That prologue might not sound important, but it is.  It really is.  Because it sets the stage for the relationship that grows between Joel and Ellie.  The loss of his daughter forever changed him.  It turned him into someone else.  Someone that he didn’t especially like, but was powerless to fight.  Again, through little cues here and there, it’s understood that Joel has had to do some terrible things in order to survive for the past 20 years.  Him and his brother both.  He did whatever he had to do to take care of them.  His connection to his humanity died when he lost his daughter.

When we meet Joel again, he’s a rough man.  Very rough.  Time has turned him into a very skilled and violent smuggler.  He works with a woman named Tess, who you come to find out shared a connection beyond professional with him.  She makes clear before her death that the two have shared moments that make it so that he has some level of obligation to her.  It’s an interesting dichotomy.  In the early stages of the game, you find out that both him and Tess view violence as a solution to their problems, being quick to torture and kill those who don’t cooperate.

During a mission to recover merchandise that was promised to them, we meet Marlene.  The leader of the local Fireflies movement, she is wounded and persuades the two to smuggle something out of the city.  She won’t say what, but promises them all they asked for and more.  Something to note about the introduction of Marlene is another strength that this game has.  They take the time to introduce every major character, in a way where they leave it open whether or not they are friend or foe.  This comes back a big way with one of the most dark characters in all of gaming who comes in later.  Moral ambiguity is another major factor in this game.  Who is good?  Who is bad?  Is there ever a real answer to these questions?  How they deal with this question is left open to the player, and how they do that is also brilliant.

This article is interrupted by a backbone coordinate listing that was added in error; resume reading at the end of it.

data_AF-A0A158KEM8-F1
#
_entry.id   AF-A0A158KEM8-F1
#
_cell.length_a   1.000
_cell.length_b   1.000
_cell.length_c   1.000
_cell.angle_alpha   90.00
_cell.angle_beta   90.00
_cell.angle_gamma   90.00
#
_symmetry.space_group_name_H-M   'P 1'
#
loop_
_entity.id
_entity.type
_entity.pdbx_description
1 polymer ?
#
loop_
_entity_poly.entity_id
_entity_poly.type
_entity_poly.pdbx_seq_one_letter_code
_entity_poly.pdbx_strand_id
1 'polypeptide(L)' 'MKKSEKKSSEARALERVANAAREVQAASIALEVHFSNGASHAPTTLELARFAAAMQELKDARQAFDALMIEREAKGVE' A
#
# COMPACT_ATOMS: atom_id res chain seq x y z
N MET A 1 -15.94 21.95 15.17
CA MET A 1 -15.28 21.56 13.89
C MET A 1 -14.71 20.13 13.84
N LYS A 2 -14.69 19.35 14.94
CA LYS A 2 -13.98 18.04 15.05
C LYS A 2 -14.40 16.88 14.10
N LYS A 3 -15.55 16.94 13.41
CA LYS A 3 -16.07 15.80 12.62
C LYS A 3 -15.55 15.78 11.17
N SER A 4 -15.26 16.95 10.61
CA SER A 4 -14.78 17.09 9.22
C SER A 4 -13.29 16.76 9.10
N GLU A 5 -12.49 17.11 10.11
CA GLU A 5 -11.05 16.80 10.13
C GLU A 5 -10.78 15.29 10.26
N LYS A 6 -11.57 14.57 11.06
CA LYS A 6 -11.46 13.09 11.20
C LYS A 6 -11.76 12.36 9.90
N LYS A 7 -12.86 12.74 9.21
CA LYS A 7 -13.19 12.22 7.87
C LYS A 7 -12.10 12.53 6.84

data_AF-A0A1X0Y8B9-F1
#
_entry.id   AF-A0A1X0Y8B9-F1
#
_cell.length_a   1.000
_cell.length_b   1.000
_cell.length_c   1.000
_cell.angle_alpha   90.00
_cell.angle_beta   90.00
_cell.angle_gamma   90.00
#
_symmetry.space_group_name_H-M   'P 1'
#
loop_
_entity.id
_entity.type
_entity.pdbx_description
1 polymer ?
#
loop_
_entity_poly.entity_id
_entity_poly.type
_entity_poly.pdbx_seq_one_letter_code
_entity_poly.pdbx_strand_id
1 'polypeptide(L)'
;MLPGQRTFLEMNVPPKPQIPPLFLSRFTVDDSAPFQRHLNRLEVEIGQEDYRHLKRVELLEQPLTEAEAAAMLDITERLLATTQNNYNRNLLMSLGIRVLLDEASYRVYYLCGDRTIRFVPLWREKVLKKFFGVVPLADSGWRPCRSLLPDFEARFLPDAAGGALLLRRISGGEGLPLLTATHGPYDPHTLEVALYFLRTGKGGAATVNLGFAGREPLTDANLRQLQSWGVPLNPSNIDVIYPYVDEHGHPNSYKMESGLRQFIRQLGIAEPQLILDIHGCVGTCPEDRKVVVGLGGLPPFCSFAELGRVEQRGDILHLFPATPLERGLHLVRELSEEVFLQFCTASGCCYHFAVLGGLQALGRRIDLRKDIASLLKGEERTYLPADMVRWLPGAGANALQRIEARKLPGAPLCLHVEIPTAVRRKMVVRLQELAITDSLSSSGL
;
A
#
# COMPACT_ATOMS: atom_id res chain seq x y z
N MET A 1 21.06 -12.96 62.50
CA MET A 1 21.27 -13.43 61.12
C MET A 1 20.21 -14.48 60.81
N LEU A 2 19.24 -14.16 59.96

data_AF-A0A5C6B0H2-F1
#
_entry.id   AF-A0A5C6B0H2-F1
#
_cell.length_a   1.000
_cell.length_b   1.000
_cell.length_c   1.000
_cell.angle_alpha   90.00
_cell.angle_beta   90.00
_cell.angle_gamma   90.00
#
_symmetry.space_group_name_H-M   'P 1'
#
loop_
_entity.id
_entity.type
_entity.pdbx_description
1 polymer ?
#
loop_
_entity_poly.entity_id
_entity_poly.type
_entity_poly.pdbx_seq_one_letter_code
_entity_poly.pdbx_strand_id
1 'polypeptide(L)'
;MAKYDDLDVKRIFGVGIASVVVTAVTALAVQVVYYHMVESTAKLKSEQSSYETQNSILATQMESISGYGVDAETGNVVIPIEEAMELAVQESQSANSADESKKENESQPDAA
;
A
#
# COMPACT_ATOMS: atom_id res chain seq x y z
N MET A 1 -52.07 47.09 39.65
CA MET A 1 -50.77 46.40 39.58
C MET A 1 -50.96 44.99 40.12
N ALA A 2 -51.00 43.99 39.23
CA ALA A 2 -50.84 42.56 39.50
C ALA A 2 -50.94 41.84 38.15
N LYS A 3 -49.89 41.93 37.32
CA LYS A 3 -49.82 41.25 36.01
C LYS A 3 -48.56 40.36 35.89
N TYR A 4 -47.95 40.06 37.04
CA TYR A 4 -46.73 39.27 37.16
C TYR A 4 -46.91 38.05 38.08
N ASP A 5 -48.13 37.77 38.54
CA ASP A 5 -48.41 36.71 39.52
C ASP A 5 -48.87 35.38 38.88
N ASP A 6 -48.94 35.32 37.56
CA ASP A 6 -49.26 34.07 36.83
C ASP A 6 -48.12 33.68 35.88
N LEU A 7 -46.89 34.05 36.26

After escorting her back to a safe-house, we finally get to meet the cargo that Marlene wants escorted out of the city – a teenage girl named Ellie.  At first, Joel is totally opposed to this, but Tess convinces him to do it.  When Ellie’s secret gets out – that she’s immune to the infection that has decimated humanity – it becomes an even bigger task.  Thus begins the game’s plot, and all the twists and turns it takes along the way.

So, what is Joel’s journey?  After all, I said at the beginning that this game was about finding humanity and the cost of living, didn’t I?  That’s true.  Joel’s journey is one of finding something to believe in again.  After years of taking care of his brother and giving in to his monster side, he has become a different man.  A cold man, who has walled off his emotions behind years of hardening himself to the world that he lives in.  Gotta survive, after all.  Right?  During his time with Ellie, though, we see this part of him change.  The heart that was walled off starts to open up.  It’s a gradual process.  We first see him start to open up when they are looking at the capital building in Boston.  There is a slightly-tender moment where you see Joel’s defenses soften, just enough to let Ellie have a chance.

The growth of their relationship is tied to the seasons.  Each season brings about a different change in their dynamic.  Summer has them as strangers, forming a slight bond by the end of the season.  Another part of the game’s ending of the seasons is with someone major dying.  Fall has the two much closer.  They are able to talk to each other like they are traveling companions.  Maybe even friends.  Joel is still walling himself off from her, but there are signs that that wall is weakening.  She is starting to rub off on the guy, and he is a little afraid of that.  Part of him remembers that life is so fleeting, and if he opens up to her and something happens, then could he deal?  Questioning the boundaries of one’s humanity is not a bad character element.  By the end of Fall, the two are bonding as real friends.  They talk casually, even having some personal conversations where Joel opens to Ellie.  He has a limit, and she has learned where it is and not to push her luck.  Just when things are going well for them, everything goes to shit.